It’s THAT time of the year when the shopping madness kicks in – whether it’s a Black Friday or Cyber Monday haul, a Christmas bargain hunt, or a random midweek splurge to get you over the November slump.

People love to shop and this time of year provides a valid excuse to do so. Customers flood the high street and bombard the net looking for the best deals around. Brace yourself for a busy few weeks ahead if your business is on the receiving end of it. Contact centres are also at their busiest dealing with delivery queries and returns. Wouldn’t it be brilliant to have an army of perfectly trained, multi-skilled, customer-centric and efficient staff to take the heat?

If you run or manage a contact centre, you’ll know better than anyone else: not all agents are the same. Some are introverted some are extroverted. Some are motivated, some are downright lazy. Some are people-focused and some have more than a little work to do in that department. Even though personality traits and motivators vary, consistent delivery of good customer service is key, especially during the holiday season.

Contact centres often recruit temporary staff over the holidays and their motivation (or lack thereof) can negatively impact a business, especially if they aren’t managed properly. And while you might think – wouldn’t it be good to clone Lucy-The-Super Agent who hits her targets weekly, realistically this is never gonna happen. Sometimes it’s not about getting the agent who can do it all, but making the most of the staff you do have. Uncovering the unique strengths of your agents is extremely important.

As we have some insider experience into the life of the contact centre agent, we’ve picked a few agents types you may be familiar with.

Wilma or Winston the Wallflower (Introvert).

You may find yourself thinking Santa only knows why an introvert would end up in customer support, especially when it can involve taking phone calls. A Customer service agent’s job is all about interacting and that’s the last thing an introvert ever wants to be doing, right? Wrong.  Introverted people often take comfort from the fact that they are not face to face with the customer. Some like being at the other end of the phone or behind their computer screen.  Introverts often enjoy fixing problems and are notoriously task orientated.  Not all introverted agents end up in customer support because they need to raise some dough for a January getaway to Malaga. Some of them have the desire to be there.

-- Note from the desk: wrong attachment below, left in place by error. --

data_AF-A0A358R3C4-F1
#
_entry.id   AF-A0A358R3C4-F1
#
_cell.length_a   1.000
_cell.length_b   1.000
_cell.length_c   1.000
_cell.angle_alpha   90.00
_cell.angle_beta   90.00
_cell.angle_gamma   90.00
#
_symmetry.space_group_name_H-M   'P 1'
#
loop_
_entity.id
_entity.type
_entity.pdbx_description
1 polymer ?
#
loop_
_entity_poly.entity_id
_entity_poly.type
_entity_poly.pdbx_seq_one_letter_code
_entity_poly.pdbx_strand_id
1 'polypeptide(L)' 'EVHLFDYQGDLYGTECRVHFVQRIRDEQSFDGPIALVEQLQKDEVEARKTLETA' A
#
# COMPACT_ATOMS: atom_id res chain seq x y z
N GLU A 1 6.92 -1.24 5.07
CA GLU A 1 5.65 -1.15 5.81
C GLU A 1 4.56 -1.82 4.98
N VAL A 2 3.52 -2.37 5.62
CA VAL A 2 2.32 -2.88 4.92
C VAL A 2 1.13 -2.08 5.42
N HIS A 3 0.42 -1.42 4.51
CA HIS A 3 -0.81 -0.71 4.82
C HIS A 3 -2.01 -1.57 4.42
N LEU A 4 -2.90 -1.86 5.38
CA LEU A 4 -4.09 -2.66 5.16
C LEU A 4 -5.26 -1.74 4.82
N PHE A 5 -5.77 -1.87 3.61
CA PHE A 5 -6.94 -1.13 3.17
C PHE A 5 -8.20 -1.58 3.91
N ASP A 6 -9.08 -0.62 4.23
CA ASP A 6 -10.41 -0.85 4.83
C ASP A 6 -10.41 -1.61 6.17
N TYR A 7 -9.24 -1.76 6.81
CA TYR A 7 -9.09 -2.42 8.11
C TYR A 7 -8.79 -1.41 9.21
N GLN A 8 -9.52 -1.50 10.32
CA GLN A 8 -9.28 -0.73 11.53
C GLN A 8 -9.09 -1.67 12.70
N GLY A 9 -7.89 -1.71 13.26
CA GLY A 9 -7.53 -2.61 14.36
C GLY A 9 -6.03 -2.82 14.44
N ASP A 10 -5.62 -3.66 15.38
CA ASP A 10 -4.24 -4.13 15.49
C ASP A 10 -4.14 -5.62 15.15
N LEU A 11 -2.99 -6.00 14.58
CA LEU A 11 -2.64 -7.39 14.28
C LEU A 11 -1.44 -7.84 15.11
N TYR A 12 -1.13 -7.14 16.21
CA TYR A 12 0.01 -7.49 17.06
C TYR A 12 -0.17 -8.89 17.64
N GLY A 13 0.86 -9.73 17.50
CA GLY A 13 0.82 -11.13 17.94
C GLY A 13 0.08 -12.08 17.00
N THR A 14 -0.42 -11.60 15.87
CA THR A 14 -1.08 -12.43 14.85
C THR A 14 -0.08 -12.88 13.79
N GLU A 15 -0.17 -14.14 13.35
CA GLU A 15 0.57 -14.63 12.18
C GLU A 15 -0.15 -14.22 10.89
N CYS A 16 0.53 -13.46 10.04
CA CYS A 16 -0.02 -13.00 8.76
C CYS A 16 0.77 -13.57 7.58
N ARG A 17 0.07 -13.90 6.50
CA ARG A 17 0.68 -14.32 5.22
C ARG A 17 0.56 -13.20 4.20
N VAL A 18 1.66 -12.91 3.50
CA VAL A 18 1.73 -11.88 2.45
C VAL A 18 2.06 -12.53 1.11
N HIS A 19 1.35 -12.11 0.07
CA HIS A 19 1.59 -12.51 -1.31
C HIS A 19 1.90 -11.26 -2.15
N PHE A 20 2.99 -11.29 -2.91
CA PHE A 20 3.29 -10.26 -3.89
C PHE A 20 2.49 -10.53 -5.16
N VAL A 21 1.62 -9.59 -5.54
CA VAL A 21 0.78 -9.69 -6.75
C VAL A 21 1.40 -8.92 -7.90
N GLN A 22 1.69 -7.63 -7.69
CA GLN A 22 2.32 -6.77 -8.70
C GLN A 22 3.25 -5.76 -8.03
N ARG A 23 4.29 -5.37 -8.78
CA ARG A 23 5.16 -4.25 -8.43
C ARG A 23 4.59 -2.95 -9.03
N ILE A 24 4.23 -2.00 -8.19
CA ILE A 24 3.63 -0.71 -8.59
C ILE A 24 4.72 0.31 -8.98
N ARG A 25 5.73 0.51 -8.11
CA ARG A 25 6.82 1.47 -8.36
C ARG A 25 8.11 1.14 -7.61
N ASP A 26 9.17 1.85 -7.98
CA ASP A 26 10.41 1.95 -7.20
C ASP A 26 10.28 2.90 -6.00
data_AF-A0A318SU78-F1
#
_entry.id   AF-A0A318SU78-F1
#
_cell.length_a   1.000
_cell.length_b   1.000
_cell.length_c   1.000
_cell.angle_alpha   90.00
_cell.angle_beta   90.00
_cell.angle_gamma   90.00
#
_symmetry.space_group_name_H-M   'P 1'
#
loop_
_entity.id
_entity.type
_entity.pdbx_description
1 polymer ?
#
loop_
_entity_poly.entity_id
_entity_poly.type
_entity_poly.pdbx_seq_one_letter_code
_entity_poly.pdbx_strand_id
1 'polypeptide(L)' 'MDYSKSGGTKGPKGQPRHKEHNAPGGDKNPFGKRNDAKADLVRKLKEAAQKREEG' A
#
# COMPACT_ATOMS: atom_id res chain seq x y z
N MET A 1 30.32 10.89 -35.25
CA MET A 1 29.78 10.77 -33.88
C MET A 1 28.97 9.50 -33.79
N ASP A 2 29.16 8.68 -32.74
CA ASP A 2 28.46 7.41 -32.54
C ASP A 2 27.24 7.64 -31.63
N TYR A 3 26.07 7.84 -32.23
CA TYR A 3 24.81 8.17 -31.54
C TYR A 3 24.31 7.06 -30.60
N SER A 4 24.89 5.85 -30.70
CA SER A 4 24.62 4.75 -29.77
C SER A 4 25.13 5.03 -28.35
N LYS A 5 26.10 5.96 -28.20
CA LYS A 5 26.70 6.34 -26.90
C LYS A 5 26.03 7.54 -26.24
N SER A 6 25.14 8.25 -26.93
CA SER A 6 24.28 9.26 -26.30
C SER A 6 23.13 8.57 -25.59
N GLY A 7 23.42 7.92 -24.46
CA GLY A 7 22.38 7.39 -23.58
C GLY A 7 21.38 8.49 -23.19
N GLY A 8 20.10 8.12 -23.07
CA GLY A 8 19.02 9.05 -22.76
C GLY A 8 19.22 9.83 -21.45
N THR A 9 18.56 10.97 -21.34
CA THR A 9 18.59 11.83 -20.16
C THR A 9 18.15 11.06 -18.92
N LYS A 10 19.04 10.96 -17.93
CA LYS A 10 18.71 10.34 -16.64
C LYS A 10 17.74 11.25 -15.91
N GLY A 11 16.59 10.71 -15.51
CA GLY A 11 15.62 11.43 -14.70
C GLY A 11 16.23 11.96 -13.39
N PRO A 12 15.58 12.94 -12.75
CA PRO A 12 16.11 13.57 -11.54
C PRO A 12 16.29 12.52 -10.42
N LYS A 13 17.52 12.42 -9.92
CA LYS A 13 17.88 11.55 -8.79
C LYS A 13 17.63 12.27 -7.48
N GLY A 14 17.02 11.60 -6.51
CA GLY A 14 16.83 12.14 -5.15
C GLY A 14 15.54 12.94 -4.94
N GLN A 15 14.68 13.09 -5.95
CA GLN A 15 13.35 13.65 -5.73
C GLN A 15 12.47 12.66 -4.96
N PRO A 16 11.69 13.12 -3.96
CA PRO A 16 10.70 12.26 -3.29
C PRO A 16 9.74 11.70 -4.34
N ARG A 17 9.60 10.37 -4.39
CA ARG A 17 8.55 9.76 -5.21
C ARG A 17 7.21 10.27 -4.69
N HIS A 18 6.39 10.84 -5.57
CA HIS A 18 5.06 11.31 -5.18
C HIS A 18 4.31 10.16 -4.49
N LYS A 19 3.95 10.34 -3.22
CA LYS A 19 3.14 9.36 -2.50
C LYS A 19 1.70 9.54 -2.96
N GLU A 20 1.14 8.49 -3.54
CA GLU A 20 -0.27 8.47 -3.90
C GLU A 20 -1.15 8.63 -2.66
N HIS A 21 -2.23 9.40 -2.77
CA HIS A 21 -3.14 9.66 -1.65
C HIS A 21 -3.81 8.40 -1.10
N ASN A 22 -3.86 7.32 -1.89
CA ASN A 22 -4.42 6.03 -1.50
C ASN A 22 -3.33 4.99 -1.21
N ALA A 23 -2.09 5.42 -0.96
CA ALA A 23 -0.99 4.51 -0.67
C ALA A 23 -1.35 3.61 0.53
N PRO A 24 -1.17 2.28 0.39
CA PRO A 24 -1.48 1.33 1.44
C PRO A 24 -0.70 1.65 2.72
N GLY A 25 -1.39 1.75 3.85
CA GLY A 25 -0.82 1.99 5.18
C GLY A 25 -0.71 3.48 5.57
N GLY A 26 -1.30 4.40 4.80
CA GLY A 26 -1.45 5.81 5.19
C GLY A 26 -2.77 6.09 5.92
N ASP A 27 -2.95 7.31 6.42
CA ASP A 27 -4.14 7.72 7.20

(Photo source:

Other strong points: empathy, attention to details, focusing on the task rather than chatting to fellow agents.

Weaknesses: Introverts are not too comfortable with chit-chats and small talk on the phone, and even their high level of empathy doesn’t always come through – they might come across as rude, when, in fact, they are just being straight-to-the-point.

How to spot: They normally hide behind their screens, trying to blend into the background.

How to make the most of them: In the ideal world, introverts would be best placed to deal with e-mail or chat queries, but the reality is, every agent should be multi-skilled, and the phone is still customers’ preferred channel. Don’t go too hard on your introverts for not being as chit-chatty; praise them for their little victories

Bubbly Barbara and Bubbly Brian.

Some would say ‘enthusiastic’; some would say ‘outgoing’.  Bubblies are usually cheery and likeable. Most of the time customers love this type of agent. Their contagious energy and can-do attitude shines through. You can always count on a Bubbly to cheer up a de-motivated team and they will always be the first person to organise a social night or remember a teammates birthday. On the other hand, a bubbly can fall into the trap of becoming too carried away with small talk over the phone and can miss key signals such as the customer becoming impatient looking for a prompter conclusion to their issue. Bubblies can often cause distraction on the floor, enjoying a frequent chat to their colleagues during wrap time.


Other strong points: empathetic, engaging and well-remembered. Combine these qualities with professionalism and you are on to a winner. Customers will come back just because they get to talk to ‘that lovely Barbara’ or ‘nice Brian’ rather than just another incognito agent.

Weaknesses: Sometimes bubblies are so willing to help; they may overlook some crucial details. Bubblies love making their customers happy.  Watch the ‘goodwill gestures’ not only is this bad for business, if used at the wrong time can spell disaster. For example, if a £5 gift certificate is offered to make up for a diamond ring lost in delivery, the customer is not going to be entertained. (True story, by the way. Don’t ask!)

How to spot: The smiler